Ah, shounen-fighting series. How many of them have fallen into the pit of mediocrity? Probably too many to count. Still, once in a while a series appears in the genre that actually delivers. The cream of the crop is for me the Law of Ueki, and even though Kekkaishi couldn’t come to that same level, it’s still a good example of a well-developed series in a genre that overall consists out of lazy manga-adaptations and toy-commercials.
For once our lead heroes (Yoshimori and Tokine) don’t have offensive powers. In fact, the entire concept of Kekkaishi is based around defence; all they can do is block, nothing more. The first twenty episodes are basically just reserved for random stories that let the viewer get familiarized with both the characters, and how they make use of their own powers in their own way. The creators manage to keep these episodes more than interesting through lots and lots of quirky characters, who’ll put a smile on your face.
Then when the story comes, this series has the advantage that it can work with characters that are already pretty well fleshed out, and the creators make perfect use for that. Keep a lookout for when Gen appears, because he’s without a doubt the best character of the series. Throughout its run of 52 episodes, Kekkaishi isn’t afraid to do things that usual series of the genre try to avoid.
There are a few problems with this series, though. Fighting-series should NEVER play with hidden powers, and yet every single one seems to have them. Although Kekkaishi uses them in enough moderation, they do pop up at the worst possible moments. This is the cause that the final three episodes will feel rather meh, which is a shame because the episodes that lead up to them are excellent.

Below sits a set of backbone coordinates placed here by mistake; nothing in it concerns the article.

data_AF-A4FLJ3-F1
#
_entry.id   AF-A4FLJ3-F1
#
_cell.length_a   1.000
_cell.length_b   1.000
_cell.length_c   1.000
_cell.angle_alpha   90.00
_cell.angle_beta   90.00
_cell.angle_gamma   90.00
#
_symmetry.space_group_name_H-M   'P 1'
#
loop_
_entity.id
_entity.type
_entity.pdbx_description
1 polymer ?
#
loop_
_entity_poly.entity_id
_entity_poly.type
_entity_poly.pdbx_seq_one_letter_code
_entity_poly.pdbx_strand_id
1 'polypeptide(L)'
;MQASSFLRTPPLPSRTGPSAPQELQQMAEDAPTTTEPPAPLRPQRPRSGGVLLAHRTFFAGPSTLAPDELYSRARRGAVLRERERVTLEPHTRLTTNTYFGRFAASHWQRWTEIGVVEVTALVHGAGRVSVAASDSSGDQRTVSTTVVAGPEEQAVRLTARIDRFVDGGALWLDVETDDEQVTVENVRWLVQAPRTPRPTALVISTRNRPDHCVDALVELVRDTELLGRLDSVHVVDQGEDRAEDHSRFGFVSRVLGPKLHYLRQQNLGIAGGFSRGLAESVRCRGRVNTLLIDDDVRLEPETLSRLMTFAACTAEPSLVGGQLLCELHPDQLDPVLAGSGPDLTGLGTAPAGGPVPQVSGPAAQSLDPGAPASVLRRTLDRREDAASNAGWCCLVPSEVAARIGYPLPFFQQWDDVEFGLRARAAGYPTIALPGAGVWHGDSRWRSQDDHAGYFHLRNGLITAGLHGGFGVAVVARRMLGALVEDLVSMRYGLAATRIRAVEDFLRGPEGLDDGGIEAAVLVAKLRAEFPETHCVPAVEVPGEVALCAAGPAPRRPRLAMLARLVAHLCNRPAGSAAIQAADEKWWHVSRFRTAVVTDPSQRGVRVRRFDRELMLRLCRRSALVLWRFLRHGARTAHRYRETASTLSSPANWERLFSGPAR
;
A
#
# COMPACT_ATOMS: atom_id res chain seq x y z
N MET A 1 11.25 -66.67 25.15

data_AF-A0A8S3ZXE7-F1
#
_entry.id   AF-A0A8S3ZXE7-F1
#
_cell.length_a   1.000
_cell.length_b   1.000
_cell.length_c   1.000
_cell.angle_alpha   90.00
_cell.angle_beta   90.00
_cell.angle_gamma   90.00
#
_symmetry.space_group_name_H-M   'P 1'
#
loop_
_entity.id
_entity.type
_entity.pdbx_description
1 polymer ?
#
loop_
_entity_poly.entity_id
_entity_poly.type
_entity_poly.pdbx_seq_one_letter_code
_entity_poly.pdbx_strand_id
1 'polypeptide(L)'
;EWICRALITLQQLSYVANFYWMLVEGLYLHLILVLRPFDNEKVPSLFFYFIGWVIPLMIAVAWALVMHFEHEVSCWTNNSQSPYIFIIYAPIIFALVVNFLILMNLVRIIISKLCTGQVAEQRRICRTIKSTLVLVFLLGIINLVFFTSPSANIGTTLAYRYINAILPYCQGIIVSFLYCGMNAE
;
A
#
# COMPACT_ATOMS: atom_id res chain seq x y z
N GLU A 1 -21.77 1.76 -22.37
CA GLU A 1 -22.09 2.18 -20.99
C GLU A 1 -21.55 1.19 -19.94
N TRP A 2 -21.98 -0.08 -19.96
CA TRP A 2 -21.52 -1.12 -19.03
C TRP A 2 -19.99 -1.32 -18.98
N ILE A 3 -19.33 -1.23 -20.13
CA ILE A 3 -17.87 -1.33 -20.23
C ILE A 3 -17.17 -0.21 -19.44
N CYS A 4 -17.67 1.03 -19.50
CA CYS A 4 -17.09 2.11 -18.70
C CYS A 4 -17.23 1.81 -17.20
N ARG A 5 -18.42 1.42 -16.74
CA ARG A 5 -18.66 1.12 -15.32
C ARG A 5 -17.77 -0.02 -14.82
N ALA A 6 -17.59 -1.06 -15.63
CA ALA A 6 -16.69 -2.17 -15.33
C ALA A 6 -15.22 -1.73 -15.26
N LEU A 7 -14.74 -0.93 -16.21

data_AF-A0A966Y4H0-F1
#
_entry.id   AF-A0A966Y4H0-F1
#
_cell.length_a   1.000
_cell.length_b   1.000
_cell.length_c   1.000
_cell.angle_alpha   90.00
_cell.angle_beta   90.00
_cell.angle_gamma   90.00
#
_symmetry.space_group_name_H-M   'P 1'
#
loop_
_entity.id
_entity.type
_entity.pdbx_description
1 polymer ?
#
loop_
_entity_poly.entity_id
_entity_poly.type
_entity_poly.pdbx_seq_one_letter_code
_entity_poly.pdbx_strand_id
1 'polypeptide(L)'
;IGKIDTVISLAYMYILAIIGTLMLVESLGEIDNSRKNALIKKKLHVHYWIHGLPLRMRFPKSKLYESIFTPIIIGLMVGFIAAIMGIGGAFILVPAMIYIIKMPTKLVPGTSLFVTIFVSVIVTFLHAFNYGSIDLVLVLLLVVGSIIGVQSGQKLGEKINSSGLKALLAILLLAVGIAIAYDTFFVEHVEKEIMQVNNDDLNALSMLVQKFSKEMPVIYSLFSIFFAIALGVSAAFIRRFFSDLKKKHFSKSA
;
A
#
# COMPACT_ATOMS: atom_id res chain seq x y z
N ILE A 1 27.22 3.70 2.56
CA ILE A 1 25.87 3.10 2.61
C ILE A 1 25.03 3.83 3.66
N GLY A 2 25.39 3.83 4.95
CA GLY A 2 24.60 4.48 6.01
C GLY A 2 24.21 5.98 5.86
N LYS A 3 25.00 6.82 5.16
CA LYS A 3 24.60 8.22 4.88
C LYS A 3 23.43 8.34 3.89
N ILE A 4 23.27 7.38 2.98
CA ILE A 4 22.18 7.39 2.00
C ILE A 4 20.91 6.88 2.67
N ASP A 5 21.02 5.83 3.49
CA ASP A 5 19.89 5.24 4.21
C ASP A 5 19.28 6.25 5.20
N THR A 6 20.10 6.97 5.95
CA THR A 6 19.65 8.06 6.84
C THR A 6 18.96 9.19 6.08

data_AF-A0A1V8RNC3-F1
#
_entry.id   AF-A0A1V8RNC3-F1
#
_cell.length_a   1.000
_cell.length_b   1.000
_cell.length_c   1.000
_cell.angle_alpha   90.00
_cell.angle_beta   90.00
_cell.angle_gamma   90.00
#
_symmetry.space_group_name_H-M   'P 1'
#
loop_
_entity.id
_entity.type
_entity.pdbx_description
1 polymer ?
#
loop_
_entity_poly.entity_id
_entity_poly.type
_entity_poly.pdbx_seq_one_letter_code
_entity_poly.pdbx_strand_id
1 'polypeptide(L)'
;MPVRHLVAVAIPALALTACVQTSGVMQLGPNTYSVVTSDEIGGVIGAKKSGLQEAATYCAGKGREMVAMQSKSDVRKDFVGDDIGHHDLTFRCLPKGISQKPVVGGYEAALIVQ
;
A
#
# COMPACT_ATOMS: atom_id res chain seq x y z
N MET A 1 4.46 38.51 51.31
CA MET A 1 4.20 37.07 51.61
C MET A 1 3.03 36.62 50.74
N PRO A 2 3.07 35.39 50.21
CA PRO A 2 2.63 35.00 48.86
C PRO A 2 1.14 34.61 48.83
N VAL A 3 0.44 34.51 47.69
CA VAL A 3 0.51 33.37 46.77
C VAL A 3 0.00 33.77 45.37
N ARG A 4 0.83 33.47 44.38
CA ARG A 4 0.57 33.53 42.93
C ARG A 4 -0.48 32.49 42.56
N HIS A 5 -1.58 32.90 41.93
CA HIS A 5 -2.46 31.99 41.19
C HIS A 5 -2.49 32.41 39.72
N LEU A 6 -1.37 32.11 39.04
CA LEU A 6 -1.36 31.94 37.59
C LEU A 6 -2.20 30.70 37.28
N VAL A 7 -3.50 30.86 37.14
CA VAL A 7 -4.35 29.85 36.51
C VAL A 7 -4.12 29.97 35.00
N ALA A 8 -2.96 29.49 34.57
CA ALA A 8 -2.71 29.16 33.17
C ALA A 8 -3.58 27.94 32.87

It also feels that a part of this series does feel needlessly drawn out, though. I believe that this would have been the perfect series for 39 episodes (my personal favourite series-length). Apparently, this series was dropped by its sponsor and had to be drawn out to a 52-episode format so that it could be sold overseas, though this is why I’m of the opinion that series should just use the amount of episodes that fits for their story, and not make the story fit its amount of episodes.
On a semi-unrelated side-note, I think that this is a good place to voice some complaints about Sunrise that I’ve been having. I personally consider four animation-studios as “the big four” for television-series: Nippon Animation, Production IG, Madhouse and Studio Deen with as runners up Gonzo and Bones. I don’t think of Sunrise at all when I think of my favourite series, and yet they have been behind some interesting series as Freedom, Mai Hime, Bakumatsu Kikansetsu Irohanihoheto and Gintama.
I think that I finally know the reason: it’s a bit harder to see, but they’re just like Kyoani and Makoto Shinkai. They may be great in their own way, but they’re too afraid to try out new things. Makoto Shinkai has his male main characters, Kyoani has its high-school settings, and for Sunrise, everything has to be epic and everything has to be a commercial success. Concepts that work get needlessly drawn out, which is probably why Kekkaishi went on for too long.
At the moment, I’m still hoping that Gintama won’t run out of jokes, now that it’s already passed its ninety-episode mark. Sunrise has produced a lot of noteworthy anime, but they’re just not like Gonzo, who can churn out a Master of Epic once in a while from out of nowhere. Come on, why not try a slice-of-life series next time?